Wednesday are Community Day here at Taking it to the Streets
My paternal grandparents were farmers in Doon, Iowa. They had a family farm with different animals (chickens, cows and pigs is what I remember) and raised different crops. Grandma had a huge garden, even after they moved to town. When it was harvest time they’d get together with their friends and go from farm to farm. While the men harvested in the fields as a team, the women canned, smoked meats, quilted.
In what we call “the Sixties” which actually occurred mostly in the 70s, there was a small but notable “back to the land movement” with homesteading hippies. Crosby, Stills, Nash and Young sang Joni Mitchell’s lyrics in “Woodstock” – “We’ve got to get back to the land and let our soul free.”
According to Wikipedia “In the 1930s, 24 percent of the American population worked in agriculture compared to 1.5 percent in 2002”
But there’s a new phenomena arising – a very different “back to the land” that doesn’t involve “tune in, turn on and drop out” lifestyles. In fact, it more likely involves minivans, soccer playing children, iPads and Starbucks. “Urban homesteading” (which often occurs in suburbs) is a term being bandied about for the increasing numbers of people who want to take a more active role in producing the food they eat. From back yard gardens, to keeping chickens and bees, to smoking your own meat, canning, drying food.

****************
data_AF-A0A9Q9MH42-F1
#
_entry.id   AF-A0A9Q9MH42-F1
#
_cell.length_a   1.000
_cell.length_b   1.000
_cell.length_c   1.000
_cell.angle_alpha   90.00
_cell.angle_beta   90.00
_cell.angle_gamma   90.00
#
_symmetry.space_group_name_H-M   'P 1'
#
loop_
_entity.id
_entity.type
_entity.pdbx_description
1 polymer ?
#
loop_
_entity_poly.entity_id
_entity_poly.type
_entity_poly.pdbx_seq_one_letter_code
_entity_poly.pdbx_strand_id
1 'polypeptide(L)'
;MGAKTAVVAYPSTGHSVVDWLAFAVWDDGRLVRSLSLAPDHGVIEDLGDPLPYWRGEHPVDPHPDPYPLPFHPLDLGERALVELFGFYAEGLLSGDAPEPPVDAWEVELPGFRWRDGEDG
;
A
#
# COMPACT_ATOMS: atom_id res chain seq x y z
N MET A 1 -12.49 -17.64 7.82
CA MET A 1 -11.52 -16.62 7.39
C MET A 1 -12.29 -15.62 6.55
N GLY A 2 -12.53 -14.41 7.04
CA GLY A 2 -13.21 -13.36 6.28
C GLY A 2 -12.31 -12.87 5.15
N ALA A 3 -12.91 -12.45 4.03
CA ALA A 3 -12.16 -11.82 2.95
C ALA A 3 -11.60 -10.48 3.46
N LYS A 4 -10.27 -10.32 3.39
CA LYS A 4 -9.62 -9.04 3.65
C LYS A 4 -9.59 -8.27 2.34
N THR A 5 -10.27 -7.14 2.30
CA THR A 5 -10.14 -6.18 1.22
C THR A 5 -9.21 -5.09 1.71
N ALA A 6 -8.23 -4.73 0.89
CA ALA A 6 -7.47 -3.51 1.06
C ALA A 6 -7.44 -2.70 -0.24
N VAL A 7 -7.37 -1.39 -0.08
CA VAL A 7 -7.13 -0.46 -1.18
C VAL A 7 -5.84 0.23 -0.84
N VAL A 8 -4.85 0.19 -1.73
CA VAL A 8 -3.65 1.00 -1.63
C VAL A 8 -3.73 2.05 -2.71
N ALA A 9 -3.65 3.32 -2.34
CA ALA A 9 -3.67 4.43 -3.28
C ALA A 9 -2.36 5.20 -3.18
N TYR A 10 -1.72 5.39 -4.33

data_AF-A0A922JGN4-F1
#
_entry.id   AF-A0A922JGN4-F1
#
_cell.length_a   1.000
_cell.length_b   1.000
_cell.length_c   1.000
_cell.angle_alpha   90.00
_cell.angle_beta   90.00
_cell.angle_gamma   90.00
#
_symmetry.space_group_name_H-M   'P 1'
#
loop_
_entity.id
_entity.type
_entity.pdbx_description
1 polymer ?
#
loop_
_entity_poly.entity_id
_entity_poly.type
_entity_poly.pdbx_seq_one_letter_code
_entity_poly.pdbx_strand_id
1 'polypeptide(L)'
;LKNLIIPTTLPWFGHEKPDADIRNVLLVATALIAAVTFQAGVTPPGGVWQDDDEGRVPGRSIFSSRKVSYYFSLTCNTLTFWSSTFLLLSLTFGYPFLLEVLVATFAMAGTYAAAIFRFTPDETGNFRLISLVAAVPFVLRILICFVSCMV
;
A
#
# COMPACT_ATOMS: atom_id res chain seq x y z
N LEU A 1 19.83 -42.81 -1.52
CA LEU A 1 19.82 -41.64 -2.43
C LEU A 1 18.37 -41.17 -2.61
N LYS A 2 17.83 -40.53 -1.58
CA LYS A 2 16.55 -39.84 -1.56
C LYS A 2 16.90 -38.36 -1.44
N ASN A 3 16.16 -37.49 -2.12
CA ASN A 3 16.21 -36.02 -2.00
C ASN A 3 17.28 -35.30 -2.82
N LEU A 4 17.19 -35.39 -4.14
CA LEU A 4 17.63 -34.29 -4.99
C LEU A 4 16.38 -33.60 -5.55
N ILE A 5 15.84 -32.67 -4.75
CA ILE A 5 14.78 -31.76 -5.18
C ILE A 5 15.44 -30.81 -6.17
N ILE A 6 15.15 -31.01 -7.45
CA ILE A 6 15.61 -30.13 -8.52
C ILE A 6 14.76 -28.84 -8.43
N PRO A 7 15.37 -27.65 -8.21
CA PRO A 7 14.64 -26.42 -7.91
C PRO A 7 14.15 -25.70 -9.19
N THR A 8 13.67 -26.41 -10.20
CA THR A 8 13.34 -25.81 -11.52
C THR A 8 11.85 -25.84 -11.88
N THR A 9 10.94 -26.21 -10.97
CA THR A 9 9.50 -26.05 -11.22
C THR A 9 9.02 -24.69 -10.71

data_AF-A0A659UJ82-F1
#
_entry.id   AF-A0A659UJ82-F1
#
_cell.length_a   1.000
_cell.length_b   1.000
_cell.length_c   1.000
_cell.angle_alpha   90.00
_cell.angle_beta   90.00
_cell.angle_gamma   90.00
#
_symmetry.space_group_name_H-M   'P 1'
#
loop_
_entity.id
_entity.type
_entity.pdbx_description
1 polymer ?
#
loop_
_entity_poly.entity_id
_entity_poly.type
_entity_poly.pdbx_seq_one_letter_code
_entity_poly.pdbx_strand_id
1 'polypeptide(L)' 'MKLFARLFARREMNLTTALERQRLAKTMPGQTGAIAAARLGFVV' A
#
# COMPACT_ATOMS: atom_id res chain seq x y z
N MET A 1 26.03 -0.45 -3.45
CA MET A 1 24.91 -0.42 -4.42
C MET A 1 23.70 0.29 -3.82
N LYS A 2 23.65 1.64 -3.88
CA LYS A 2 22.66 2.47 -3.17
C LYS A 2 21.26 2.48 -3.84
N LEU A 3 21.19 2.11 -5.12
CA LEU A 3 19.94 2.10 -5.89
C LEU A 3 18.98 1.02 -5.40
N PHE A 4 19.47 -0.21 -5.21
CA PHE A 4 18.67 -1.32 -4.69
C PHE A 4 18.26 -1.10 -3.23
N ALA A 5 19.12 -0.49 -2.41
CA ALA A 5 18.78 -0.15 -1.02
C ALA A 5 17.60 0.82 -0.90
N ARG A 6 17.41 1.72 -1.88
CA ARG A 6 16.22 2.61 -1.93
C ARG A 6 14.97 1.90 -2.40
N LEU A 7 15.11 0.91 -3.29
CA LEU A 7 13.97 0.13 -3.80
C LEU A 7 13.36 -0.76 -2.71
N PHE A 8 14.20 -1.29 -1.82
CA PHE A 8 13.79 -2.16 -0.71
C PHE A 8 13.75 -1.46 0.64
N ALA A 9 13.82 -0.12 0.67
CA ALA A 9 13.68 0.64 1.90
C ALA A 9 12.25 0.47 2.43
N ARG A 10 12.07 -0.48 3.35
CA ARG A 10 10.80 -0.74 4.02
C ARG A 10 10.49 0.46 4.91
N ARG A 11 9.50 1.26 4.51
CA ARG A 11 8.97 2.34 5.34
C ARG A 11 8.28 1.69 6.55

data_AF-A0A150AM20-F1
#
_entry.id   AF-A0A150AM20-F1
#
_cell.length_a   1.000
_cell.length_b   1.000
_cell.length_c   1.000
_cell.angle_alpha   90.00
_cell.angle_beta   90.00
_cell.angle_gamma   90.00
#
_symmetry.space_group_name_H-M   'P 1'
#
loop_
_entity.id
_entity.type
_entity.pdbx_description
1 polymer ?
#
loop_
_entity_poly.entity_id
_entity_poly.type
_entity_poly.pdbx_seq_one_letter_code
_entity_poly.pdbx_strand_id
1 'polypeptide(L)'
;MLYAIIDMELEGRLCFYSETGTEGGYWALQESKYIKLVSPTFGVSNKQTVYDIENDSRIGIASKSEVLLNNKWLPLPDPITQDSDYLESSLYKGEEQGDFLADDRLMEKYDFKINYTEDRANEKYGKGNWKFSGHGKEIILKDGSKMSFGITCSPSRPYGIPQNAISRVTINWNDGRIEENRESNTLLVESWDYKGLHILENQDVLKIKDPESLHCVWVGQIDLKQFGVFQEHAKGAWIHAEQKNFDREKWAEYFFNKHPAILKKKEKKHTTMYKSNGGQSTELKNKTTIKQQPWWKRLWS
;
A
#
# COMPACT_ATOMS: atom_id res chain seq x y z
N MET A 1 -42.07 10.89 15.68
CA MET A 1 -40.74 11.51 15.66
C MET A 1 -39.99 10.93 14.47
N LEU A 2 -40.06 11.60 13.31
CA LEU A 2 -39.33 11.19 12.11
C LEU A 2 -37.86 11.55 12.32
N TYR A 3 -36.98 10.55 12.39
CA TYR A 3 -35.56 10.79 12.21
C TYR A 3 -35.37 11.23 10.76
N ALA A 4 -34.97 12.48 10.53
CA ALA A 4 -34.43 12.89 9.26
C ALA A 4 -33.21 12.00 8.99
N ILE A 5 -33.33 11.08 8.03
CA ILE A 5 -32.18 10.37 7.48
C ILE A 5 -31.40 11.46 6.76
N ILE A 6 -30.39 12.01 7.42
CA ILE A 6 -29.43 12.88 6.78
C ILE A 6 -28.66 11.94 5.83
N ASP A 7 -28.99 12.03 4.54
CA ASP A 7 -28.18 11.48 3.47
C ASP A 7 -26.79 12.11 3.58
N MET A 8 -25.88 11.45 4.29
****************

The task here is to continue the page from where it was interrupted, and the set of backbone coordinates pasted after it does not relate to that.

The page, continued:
When I went to the workshop put on by the McHenry County Transition group (mentioned in this post) there was information about creating your own solar energy source, canning, soap-making, beekeeping, creating community – an entire panoply of skills that were once the province of only rural folks. Yes, some of the people attending lived in very rural areas, but the suburb my friend and I are from is far from rural, however bucolic it may appear to be.
I think this movement which fits hand-in-glove with the localvore and sustainability movements which also interest me, is a sensible response to both the ills of the world (as the Transition Town movement talks of – the confluence of Peak Oil and Global Warming) but also with some really good generational synergy – the ambitious sometimes driven members of my generation – the Baby Boomers – are starting to mellow; and the younger generations seem much more focused on connecting with life and one another – not as driven by “success” and greed. It’s a nice confluence.
I like the idea of getting back to basics. And what is more basic than food, really? In a world that seems more and more corporate and inhumane, taking back our lives, starting with what and how we eat seems a truly radical act.
Tackling urban homesteading on my own seems pretty daunting to me. But I remember Grandma talking about those canning parties and quilting bees and getting together “to put food by” and it all sounded very warm and friendly and enlivening. I could very much welcome that.
Of the 18 posts I’ve tagged “Food” the ones below seem most connected to this topic. So if Urban Homesteading and “rolling your own” (crepes that is – now what were YOU thinking?) interests you, pop in on these topics and please add to the conversation!